Michael Marriott looks at how hackers are increasingly using tactics used by commercial organisations to raise their profile and publicise their 'business'.
Engaging with media is a well-trodden path for most commercial organisations. Talk to journalists with the right news at the right time and it's just possible that they may decide to give a company's product or service a favourable mention, which could in turn generate interest and sales. This approach works for companies that, in the main, have a self-interest in being in the public eye - but what about cyber-criminals?
Publicity versus jail time
In the past, it's fair to say that most were determined to remain hidden in the underbelly of the internet, thinking that attention could damage their nefarious activities. Popping one's head above the parapet could potentially result in jail time so most understandably avoided it. However, times could be changing and there's evidence that some are prepared to balance the risk of getting caught versus the opportunity to gain publicity and heighten interest in their ill-gotten gains.
While cyber-criminals engaging with journalists is not an entirely new phenomenon, it has accelerated in the last few weeks and we've observed a recent trend of previously unknown actors using the media to self-publicise and advertise the data they have for sale. For example, in June 2016 alone, Peace (AKA Peace of Mind), Tessa88 and thedarkoverlord, none of whom were previously well-known outside the security community, all spoke to journalists about compromised data they were offering for sale with the likely motivation to garner publicity and attract buyers.
The OPSEC trade off
What's behind the phenomenon? It could be that using the media for publicity is simply a manifestation of an ongoing trend where cyber-criminals increasingly trade off the risk of not getting caught with other commercial considerations. The tactics behind Operations Security (OPSEC) could help explain this. OPSEC is used by commercial and military organisations to protect privacy and anonymity. When done well, it denies adversaries information that could be used to harm them. But criminals use OPSEC too as a means to an end – avoiding detection, maintaining availability of their attack infrastructure, and retaining access to environments they have compromised. Both criminals and commercials know the consequences of lapses in OPSEC. For criminals it can mean a spell behind bars – as we saw when alleged Dridex botnet operator Andrey Ghinkul associated his nickname – “Smilex” – with his real name, likely providing law enforcement a valuable clue in their investigation.
Yet cyber-criminals have a fundamental dilemma. On one hand, keeping the highest levels of OPSEC can reduce their risk of law enforcement tracking them down. But keeping a low profile has trade-offs, one of which is obvious – remain too secretive and buyers can't track down the seller and remain unaware of the illegal wares they wish to trade. Another is less apparent – it becomes very difficult to recruit ‘talent' to an unknown criminal organisation and this can stymy their growth. In a similar vein, an unofficial ‘hierarchy' exists amongst cyber-criminals, which typically looks down on the relatively low skilled so called ‘skiddie' (script kiddie) ranks. In much the same way a limited LinkedIn profile might harm a commercial job seeker, the same applies in the cyber-criminal world where evidence of past ‘success' can yield more plentiful and lucrative job offers. So here too ‘fame' can pay.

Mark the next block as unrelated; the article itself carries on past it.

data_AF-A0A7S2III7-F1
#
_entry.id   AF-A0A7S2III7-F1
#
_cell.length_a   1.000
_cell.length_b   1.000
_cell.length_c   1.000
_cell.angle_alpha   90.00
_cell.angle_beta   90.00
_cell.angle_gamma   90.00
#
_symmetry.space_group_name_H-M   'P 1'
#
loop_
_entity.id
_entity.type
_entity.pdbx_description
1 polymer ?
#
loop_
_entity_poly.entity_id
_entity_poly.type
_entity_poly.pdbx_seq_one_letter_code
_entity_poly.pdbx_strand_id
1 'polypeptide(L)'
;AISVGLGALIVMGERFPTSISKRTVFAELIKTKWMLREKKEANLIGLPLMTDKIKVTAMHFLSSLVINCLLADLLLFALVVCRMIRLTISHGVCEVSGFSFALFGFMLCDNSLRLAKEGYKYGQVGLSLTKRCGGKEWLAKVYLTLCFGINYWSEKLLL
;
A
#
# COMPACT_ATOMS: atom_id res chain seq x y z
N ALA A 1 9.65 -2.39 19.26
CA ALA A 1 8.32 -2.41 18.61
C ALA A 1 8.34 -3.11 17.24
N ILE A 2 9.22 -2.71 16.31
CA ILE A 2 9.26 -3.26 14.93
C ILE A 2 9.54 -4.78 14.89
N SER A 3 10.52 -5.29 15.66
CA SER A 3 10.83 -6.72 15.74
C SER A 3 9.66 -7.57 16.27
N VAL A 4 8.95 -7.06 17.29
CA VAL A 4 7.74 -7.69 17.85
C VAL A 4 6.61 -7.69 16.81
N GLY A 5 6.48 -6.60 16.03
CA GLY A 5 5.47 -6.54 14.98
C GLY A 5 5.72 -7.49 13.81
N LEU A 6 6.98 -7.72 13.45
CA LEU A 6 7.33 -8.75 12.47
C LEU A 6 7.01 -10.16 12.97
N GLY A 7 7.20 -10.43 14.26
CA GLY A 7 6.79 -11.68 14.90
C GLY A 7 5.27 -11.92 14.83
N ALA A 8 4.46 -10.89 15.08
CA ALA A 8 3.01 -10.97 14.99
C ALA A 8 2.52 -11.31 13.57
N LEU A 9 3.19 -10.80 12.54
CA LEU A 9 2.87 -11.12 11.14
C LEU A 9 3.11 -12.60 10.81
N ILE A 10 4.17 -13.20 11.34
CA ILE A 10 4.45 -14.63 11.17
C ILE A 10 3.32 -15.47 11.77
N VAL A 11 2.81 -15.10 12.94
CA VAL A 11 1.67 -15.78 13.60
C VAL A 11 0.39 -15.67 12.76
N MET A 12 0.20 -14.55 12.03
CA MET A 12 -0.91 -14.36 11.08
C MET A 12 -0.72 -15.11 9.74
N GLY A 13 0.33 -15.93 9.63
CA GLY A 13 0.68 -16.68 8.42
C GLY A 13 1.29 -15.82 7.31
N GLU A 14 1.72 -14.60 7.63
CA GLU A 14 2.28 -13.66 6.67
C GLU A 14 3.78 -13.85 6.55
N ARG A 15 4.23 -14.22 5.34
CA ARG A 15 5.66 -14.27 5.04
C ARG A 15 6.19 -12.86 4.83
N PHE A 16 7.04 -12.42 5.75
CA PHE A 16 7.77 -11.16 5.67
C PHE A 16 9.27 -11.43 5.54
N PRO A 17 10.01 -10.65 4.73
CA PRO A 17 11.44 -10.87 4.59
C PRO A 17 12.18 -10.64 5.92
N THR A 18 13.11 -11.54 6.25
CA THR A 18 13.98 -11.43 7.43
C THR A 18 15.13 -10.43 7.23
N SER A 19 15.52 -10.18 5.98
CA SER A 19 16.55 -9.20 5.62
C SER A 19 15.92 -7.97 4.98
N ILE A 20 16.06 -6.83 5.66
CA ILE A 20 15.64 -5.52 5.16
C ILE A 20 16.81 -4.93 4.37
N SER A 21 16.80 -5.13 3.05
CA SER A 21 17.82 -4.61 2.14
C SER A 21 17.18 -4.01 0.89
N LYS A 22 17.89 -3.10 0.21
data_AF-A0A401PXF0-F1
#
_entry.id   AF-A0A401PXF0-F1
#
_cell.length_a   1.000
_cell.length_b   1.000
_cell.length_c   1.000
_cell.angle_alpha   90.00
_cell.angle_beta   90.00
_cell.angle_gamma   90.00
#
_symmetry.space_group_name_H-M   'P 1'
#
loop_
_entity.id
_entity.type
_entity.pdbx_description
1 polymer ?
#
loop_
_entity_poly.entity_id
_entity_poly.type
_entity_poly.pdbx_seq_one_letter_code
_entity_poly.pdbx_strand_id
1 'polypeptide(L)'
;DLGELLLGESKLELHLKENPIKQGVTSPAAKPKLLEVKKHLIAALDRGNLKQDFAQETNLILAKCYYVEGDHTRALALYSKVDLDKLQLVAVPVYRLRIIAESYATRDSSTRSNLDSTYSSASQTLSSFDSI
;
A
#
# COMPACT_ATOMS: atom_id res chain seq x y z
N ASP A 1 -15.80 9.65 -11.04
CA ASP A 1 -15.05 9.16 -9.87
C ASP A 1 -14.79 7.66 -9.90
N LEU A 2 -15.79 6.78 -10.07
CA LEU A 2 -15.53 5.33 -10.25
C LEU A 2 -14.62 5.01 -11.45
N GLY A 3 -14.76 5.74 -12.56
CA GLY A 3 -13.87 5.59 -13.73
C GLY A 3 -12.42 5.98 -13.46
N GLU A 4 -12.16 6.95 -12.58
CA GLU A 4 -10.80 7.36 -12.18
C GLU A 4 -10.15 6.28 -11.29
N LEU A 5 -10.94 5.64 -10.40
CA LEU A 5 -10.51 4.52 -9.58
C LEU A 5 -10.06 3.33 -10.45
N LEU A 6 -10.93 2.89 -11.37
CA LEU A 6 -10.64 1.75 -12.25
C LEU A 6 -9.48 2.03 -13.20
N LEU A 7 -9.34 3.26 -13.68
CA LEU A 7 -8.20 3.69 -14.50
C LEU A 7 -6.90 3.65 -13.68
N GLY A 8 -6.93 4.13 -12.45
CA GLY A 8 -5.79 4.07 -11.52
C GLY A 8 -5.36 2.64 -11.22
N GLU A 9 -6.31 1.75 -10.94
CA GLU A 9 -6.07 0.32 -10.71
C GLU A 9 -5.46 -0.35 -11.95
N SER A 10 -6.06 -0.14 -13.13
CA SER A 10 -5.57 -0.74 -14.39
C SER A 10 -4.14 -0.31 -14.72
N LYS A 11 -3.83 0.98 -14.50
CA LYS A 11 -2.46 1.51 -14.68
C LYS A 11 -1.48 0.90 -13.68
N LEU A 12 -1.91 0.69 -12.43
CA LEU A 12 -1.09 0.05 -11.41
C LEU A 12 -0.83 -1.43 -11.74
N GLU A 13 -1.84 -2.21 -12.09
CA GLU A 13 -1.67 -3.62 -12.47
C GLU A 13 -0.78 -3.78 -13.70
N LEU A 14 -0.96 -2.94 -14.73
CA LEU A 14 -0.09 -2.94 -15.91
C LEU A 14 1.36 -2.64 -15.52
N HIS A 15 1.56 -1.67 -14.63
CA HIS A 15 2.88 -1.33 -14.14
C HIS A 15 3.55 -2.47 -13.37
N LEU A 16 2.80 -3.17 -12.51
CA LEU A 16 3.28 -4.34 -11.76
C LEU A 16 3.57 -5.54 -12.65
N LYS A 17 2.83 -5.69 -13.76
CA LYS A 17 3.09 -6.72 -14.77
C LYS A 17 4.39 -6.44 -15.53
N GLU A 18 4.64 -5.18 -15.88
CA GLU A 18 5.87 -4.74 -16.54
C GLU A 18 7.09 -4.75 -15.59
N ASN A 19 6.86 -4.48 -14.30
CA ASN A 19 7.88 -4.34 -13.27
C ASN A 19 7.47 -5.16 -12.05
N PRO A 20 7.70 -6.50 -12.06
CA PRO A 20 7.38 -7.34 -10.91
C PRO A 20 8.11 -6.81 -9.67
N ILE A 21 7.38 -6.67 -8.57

The picture, therefore, is far from clear cut. Very few people – whether criminal or non-criminal – who depend on the internet in some form to make a living can exist without a digital footprint of some description. But it brings risks and opportunities for all parties. While no company wants to be on the end of a buyers frenzy for their stolen property, the more vocal cyber-criminals are, the more we can understand their tactics, techniques and procedures (TTPs) and learn to defend against them.
The opportunity for organisations, therefore, lies in better understanding how cyber-criminals work. It's why an organisation's ability to know what is going on around it from a cyber-security perspective is so important. Organisations should always look at themselves via the eye of an attacker and be diligent about assessing their own vulnerabilities. Maintaining good situational awareness, means organisations are empowered to make smarter decisions about how to defend themselves with limited resources and greatly reduces the risk of being at the centre of the next round of hacker-generated publicity.
Contributed by Michael Marriott, research analyst, Digital Shadows